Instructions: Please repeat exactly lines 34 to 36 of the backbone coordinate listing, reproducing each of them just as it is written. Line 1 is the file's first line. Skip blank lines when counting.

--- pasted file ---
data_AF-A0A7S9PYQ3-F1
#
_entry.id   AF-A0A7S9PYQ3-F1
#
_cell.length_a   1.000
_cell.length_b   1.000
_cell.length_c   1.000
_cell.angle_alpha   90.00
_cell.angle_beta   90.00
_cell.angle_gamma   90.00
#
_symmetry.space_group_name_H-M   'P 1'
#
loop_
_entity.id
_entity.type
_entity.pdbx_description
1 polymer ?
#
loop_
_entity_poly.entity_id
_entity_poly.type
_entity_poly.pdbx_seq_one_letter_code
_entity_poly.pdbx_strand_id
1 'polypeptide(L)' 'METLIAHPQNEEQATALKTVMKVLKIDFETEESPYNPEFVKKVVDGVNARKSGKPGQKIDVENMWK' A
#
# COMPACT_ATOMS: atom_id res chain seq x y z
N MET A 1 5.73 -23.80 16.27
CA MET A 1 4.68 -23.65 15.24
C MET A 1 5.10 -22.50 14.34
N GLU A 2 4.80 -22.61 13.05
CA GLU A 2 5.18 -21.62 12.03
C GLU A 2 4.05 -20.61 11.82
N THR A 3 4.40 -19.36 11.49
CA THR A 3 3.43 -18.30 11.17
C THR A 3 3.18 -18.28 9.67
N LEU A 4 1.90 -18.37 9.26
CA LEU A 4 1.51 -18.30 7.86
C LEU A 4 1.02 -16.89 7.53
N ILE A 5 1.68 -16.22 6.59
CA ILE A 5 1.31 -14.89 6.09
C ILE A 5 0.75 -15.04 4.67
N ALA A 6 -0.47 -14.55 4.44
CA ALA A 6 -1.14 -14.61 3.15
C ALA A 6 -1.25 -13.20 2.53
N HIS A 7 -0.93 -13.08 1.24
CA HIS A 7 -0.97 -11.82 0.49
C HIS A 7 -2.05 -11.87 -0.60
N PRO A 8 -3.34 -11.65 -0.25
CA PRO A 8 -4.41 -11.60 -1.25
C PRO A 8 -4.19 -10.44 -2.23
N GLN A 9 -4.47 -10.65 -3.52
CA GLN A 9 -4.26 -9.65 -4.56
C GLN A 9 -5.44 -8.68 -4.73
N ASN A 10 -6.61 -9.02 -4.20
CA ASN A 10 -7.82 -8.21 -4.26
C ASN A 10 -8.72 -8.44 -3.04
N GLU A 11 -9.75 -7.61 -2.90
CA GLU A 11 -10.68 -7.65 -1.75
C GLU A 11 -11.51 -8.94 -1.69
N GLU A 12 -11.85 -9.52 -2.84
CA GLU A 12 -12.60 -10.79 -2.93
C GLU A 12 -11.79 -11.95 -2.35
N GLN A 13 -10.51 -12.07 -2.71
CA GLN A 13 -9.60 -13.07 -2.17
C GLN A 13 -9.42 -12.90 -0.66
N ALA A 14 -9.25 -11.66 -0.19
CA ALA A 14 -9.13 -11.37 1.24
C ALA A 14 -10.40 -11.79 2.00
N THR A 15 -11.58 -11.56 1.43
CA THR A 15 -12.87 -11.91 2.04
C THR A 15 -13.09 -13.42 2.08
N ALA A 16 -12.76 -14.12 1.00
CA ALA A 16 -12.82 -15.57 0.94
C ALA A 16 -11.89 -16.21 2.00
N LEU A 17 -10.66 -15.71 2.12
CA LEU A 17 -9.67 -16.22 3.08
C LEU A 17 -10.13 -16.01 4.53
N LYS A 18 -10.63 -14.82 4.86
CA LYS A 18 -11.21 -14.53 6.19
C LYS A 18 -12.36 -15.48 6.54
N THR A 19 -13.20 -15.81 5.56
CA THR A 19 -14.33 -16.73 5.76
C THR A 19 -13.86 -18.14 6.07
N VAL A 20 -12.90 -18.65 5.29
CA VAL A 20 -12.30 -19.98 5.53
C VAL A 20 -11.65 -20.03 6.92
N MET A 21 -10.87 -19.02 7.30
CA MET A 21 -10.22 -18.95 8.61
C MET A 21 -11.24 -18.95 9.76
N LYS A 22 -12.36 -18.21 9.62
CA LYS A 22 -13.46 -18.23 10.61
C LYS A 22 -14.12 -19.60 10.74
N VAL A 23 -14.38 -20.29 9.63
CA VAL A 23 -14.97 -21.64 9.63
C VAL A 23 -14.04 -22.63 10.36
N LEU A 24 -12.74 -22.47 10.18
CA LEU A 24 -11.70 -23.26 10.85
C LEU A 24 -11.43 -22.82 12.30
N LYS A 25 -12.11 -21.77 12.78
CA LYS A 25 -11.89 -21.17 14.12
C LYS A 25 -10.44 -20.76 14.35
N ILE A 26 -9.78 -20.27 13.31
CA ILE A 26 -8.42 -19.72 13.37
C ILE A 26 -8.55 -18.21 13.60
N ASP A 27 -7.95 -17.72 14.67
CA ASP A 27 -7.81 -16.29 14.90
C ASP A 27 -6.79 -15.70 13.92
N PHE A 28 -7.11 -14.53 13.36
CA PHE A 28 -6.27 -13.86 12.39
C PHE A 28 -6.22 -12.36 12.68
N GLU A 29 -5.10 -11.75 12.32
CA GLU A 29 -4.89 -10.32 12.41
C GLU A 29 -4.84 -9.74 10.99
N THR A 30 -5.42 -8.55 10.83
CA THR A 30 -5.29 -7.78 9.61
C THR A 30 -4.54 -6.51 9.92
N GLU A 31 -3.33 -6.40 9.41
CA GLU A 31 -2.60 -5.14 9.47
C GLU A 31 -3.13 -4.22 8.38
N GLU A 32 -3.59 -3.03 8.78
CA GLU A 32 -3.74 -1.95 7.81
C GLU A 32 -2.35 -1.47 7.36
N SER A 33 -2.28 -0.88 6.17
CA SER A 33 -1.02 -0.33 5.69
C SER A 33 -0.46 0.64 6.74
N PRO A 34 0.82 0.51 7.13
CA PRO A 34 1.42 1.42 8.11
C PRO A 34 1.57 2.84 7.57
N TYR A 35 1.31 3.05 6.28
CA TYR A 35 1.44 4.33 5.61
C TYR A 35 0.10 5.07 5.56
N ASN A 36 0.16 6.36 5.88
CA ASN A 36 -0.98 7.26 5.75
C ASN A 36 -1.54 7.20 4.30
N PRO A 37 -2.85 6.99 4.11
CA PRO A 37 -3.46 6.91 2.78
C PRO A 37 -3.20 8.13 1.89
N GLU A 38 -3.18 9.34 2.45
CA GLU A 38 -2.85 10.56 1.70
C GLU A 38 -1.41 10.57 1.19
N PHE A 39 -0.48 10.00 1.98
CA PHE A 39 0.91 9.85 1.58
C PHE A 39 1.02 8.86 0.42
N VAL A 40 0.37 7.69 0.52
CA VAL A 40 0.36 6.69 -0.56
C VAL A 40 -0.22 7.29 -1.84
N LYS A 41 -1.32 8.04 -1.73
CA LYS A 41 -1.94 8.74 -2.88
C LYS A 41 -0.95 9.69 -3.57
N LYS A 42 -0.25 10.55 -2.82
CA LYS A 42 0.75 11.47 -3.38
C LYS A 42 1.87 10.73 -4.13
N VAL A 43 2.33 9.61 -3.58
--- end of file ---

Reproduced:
N THR A 3 4.40 -19.36 11.49
CA THR A 3 3.43 -18.30 11.17
C THR A 3 3.18 -18.28 9.67